Healthcare Information Security

Mobile News

Expanding clinical communications: Security decisions

By Patrick Ouellette

- As healthcare organizations continue to move on from pager-based clinical messaging and begin to take advantage of smart phone technology, ensuring staff members are communicating securely remains a high-level priority.

Saint Agnes Hospital, a 264-bed, full-service teaching facility Baltimore, Maryland, has traditionally relied on pagers and operator consoles for clinical communication, but recently chose to expand to Spok’s clinical alerting and secure texting offerings. Paul Donnelly, St. Agnes Director of Safety, Security and Emergency Management, explained to HealthITSecurity.com that while St. Agnes previously focused on two-way pagers to secure communication, the ability to facilitate secure texting is an asset to the organization.

Using the application, data is encrypted at rest, with the potential to use a mobile device management (MDM) solution to set a passcode and the application itself may wipe the data inside the app remotely. As for data in transit, it is 256-bit, Secure Sockets Layer (SSL) and Transport Layer Security (TLS) encrypted. And because messages are stored on-site at St. Agnes, the IT department is able to control its own data, which is important to the hospital.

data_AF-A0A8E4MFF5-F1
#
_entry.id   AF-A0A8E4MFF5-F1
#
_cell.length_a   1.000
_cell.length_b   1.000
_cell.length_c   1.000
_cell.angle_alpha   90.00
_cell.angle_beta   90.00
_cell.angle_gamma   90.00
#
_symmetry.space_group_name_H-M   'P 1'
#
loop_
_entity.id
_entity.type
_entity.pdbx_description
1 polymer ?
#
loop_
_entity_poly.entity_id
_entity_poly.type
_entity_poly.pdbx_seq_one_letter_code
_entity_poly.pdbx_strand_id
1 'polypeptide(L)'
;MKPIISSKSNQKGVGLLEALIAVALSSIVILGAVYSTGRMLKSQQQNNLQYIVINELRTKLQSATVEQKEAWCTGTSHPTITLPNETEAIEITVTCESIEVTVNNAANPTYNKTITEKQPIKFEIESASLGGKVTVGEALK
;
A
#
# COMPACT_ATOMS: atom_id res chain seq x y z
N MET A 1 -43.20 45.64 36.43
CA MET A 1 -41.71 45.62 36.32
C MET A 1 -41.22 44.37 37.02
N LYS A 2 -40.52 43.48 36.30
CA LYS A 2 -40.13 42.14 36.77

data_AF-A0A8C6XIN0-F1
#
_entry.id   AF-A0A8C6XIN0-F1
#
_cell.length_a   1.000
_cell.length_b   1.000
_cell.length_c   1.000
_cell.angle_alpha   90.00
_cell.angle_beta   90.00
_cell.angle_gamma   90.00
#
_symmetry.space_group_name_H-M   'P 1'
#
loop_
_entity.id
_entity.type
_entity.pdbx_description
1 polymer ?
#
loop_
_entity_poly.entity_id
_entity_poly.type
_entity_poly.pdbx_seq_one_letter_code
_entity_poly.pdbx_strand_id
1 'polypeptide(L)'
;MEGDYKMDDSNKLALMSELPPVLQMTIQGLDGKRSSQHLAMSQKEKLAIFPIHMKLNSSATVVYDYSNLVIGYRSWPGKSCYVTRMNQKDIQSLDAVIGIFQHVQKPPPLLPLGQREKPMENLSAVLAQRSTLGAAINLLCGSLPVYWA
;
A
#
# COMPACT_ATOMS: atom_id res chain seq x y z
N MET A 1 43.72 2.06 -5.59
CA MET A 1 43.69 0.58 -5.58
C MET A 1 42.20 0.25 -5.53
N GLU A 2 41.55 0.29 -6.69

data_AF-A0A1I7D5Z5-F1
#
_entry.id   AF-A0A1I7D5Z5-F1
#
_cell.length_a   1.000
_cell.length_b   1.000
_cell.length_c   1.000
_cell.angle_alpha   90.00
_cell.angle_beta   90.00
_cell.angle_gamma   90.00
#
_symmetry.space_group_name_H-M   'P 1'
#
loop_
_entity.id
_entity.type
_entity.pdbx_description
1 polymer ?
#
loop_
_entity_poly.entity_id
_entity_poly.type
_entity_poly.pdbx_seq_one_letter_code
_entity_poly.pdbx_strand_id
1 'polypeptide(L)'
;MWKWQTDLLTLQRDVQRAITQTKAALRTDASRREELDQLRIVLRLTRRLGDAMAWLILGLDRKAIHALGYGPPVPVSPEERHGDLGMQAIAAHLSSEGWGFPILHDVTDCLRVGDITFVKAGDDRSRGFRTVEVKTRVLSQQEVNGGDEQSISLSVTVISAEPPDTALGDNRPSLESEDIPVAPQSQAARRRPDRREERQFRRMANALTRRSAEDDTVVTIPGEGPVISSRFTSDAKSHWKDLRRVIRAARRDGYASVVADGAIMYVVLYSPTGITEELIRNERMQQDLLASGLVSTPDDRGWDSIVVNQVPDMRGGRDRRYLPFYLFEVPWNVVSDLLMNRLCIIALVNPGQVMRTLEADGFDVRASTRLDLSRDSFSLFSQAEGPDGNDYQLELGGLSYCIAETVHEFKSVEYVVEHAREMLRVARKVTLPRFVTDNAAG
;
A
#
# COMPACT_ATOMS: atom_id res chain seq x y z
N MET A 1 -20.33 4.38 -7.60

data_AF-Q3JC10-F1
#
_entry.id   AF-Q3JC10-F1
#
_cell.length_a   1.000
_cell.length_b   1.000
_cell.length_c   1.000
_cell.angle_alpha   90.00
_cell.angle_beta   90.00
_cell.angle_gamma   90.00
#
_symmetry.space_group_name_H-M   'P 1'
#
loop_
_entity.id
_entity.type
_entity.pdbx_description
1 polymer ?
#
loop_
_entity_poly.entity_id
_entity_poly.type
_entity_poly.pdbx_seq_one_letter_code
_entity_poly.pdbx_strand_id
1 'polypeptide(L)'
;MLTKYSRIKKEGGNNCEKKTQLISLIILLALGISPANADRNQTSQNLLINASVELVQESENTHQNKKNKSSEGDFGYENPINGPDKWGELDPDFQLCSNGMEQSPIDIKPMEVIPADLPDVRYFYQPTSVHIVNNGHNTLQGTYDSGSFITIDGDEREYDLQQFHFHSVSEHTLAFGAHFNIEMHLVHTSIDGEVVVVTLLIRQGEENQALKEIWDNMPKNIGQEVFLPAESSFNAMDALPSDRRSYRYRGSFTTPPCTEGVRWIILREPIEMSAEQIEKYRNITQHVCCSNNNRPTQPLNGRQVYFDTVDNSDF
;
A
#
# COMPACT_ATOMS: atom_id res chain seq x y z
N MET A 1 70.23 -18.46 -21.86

In addition to requiring a user authenticates themselves with name and password, the user needs to be sent a unique invite to gain entry into the St. Agnes directory to communicate with other clinical users.

  • The OCR HIPAA Compliance Audits Procedure: A Review
  • Computer Virus Potentially Exposes PHI of 2.5K at OR Clinic
  • Reviewing the first HITECH breach penalty dealt by HHS
  • Why Strong Health Insurance Exchange Security is Needed
  • Most Physician Secure Messaging Apps Not HIPAA Compliant
  • HHS deals out largest-ever $4.8M HIPAA violation settlement
  • Boston Public Health responds to patient privacy questions
  • OIG Compliance Audit Finds HHS Risk Management, IAM Issues Continue
  • Study: Data breaches cost healthcare providers $1.6 billion
  • R.I. approves patient privacy bill for crime investigations
  • Ransomware Attack Affects Servers at USC Hospitals
  • eHealth Initiative Survey: HIEs Lacking In Interoperability
  • HIPAA’s impact on use of health cloud services, business associates
  • AltaMed Health Services alerts 2,995 patients of data breach
  • Arkansas Facility Ransomware Attack Potentially Affects 128K
  • Healthcare Ransomware Increasing, Education Sector Top Target
  • Privacy and Security Tiger Team rounds up HIE query talks
  • Bridging the gap between health cloud, mobile security
  • Delaware Health Data Breach Potentially Impacts 19K
  • HIPAA omnibus rule redefines aspects of health information
  • Jackson Health System mum on recent data breach